We spent our second week of vacation this year doing our first 5 day backpacking trip. It was also our first visit to California’s Marble Mountain Wilderness located SW of Yreka. We chose the Shackleford Trailhead as our starting point leaving home early Monday morning to make the nearly five and a half hour drive.
We arrived shortly after 10am and set off just after 10:15 on what promised to be a beautiful blue-bird day. The trail passed through a fence on an old road bed before passing the largest wilderness sign we’d ever seen.
The trail followed Shackleford Creek and passed through a series of meadows where we saw various wildflowers and more butterflies than we could believe.
Mourning cloak butterfly
Swallowtails on columbine
At the 2.8 mile mark we headed left on the Campbell Lake Loop.
This trail climbed for 1.3 miles to Campbell Lake.
We took a break at the lake then continued a half mile to a trail junction at the west end of the lake. The right fork was the continuation of the Campbell Lake loop back to the Shackleford Trailhead.
We headed left and in another .2 miles reached another junction. Here we followed a pointer for Cliff Lake after exploring some glacial worn rocks along the west end of Campbell Lake.
The rocks hosted a number of wildflowers.
Here we also saw the first of many Siskiyou Lewisia, a new flower to us.
Between the lakes we passed a lily pad pond.
After .6 miles we arrived at Cliff Lake. The lake was set beneath snow covered hillsides.
A trail crew on horseback passed by as we were exploring the lake. We would see them again on our hike out on Friday. We followed them back to the junction where they headed toward Campbell Lake while we turned left toward Summit Lake. On the way up we passed a pair of ladies sawing through a downed tree. This 1.7 mile section of trail passed through a nice meadow before climbing steeply over a saddle then back down to Summit Meadow Lake before arriving at the larger Summit Lake.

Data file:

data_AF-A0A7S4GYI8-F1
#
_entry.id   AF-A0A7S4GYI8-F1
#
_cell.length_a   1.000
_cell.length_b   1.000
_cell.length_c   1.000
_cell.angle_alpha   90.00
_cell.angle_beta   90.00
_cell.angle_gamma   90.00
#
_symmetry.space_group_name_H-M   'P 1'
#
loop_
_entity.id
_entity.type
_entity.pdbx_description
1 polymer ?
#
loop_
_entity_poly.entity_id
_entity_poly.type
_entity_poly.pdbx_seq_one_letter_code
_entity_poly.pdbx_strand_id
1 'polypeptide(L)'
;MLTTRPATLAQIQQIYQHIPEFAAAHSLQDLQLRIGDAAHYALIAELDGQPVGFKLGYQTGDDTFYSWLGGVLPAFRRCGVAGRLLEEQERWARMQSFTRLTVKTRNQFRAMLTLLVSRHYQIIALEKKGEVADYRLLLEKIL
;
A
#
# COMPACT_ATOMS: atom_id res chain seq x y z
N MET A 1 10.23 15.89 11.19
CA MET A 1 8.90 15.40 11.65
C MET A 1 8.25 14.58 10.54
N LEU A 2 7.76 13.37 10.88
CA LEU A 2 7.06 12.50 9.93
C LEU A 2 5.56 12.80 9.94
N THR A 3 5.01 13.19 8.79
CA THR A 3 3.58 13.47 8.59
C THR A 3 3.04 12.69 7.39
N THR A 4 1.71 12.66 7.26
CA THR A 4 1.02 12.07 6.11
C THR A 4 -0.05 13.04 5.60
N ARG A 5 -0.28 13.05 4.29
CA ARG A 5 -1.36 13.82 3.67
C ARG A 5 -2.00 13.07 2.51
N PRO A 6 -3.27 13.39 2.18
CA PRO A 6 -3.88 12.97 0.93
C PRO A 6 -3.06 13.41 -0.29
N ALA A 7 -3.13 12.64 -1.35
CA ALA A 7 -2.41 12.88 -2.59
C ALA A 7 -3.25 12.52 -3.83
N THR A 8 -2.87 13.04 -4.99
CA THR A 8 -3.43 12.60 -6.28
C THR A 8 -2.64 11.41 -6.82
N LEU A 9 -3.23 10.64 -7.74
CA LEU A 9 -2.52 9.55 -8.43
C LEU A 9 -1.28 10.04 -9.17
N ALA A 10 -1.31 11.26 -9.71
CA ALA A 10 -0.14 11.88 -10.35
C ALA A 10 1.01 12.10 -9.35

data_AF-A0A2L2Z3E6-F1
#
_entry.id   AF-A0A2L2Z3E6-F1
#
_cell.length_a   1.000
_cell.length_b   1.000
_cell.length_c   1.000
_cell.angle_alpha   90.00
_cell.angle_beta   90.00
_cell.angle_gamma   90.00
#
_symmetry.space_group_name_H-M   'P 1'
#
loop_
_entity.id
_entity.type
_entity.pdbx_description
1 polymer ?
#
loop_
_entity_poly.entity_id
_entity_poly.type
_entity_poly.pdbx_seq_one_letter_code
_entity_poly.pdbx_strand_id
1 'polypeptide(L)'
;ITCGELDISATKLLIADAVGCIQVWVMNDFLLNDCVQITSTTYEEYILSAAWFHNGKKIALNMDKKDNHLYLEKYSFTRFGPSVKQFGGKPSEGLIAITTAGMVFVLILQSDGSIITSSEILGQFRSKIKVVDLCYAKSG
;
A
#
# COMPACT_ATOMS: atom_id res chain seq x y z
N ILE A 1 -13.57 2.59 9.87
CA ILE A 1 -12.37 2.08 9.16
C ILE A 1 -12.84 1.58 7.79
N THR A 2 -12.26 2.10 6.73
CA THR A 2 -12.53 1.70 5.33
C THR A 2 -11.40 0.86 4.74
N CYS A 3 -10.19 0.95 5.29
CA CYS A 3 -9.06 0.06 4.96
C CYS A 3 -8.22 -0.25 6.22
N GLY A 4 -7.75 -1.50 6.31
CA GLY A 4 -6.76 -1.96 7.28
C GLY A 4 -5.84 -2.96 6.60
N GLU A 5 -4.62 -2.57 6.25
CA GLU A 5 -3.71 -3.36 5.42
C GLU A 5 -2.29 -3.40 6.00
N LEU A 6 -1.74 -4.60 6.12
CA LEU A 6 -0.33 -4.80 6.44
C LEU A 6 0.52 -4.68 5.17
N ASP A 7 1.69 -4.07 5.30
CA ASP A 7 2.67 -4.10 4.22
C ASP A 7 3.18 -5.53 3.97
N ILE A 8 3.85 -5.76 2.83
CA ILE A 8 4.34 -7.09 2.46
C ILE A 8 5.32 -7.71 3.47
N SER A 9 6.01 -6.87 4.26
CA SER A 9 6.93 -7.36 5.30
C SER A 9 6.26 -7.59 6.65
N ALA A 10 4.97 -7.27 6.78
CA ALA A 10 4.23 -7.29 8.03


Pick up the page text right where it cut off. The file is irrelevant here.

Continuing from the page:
Summit Meadow Lake
We set up camp then set about exploring the lake for the rest of the evening.
At the north end of the lake was its outlet creek as well as another glacier scoured rock outcropping. Wildflowers and a series of ponds dotted the rocky area.
Small falls on the outlet creek.
Bear scat near one of the ponds.
Rough-skinned newts in a pond.
Chipmunk in a huckleberry bush.
We had noticed a few mosquitoes but they didn’t seem too bad. They did manage to get quite a bit of blood from us though. (especially Heather)
All in all it was a great start to the trip and we went to bed eagerly anticipating what the next day would bring. Happy trails!